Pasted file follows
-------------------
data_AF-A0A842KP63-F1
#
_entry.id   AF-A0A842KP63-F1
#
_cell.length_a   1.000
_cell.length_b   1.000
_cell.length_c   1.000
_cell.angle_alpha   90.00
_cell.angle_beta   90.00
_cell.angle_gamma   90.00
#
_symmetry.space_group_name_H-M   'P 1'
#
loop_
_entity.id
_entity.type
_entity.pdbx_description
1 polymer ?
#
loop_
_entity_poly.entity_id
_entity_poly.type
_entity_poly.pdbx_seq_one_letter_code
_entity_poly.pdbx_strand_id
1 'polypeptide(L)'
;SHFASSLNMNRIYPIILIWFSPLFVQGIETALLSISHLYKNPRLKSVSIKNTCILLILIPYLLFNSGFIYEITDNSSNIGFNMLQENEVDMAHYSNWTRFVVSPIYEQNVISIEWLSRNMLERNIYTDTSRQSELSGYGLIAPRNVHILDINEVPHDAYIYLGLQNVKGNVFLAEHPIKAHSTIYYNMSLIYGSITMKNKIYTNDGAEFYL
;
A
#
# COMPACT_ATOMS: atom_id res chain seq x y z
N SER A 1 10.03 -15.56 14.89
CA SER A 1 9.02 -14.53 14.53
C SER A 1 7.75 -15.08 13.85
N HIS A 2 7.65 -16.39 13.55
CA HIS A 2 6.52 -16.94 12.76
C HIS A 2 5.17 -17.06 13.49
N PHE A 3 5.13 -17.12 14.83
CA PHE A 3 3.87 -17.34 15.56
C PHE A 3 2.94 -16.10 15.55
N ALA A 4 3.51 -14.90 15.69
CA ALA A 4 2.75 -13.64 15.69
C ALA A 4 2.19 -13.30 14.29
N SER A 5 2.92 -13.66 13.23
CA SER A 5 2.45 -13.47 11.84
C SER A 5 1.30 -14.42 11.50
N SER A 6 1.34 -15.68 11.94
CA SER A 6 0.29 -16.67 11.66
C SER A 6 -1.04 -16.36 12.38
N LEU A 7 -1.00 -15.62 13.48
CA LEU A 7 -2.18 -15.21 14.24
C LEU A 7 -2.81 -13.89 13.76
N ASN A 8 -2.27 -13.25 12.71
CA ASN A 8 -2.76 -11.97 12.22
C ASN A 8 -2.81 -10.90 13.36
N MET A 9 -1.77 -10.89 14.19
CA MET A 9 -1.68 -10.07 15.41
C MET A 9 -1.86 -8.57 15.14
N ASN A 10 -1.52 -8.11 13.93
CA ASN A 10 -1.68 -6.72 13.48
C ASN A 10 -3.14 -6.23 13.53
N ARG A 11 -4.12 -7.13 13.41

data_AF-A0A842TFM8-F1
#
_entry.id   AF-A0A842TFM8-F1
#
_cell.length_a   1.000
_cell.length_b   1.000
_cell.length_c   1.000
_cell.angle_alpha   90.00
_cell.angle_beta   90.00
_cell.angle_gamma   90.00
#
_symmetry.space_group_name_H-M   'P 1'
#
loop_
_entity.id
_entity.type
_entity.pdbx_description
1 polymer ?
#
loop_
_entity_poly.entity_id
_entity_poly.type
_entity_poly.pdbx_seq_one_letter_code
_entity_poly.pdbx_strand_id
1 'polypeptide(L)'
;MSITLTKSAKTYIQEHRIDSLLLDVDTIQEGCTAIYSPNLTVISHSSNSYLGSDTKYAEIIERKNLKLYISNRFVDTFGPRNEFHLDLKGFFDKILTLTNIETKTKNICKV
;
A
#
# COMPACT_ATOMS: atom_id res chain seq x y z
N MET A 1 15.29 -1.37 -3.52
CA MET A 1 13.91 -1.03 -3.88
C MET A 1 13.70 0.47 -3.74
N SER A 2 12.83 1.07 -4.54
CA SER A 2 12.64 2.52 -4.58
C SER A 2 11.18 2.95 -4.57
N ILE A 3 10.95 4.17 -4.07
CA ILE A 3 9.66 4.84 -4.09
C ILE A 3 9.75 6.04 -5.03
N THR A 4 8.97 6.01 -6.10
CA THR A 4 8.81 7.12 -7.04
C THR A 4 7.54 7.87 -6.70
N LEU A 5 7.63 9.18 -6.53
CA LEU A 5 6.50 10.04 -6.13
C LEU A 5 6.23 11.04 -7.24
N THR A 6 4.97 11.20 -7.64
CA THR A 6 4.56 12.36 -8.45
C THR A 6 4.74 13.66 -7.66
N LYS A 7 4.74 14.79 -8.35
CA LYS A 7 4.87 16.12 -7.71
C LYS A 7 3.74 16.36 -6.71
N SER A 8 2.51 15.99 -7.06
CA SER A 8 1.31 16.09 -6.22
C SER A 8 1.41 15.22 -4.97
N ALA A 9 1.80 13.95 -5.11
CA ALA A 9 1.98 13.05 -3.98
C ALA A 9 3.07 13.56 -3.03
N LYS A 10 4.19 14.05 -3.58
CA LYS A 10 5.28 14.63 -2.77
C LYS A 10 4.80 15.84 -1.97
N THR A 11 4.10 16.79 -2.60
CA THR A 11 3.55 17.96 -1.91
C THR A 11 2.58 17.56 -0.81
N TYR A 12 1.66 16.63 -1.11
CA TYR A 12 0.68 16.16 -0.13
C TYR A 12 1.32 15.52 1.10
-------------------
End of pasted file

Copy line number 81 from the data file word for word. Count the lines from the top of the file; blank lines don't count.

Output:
loop_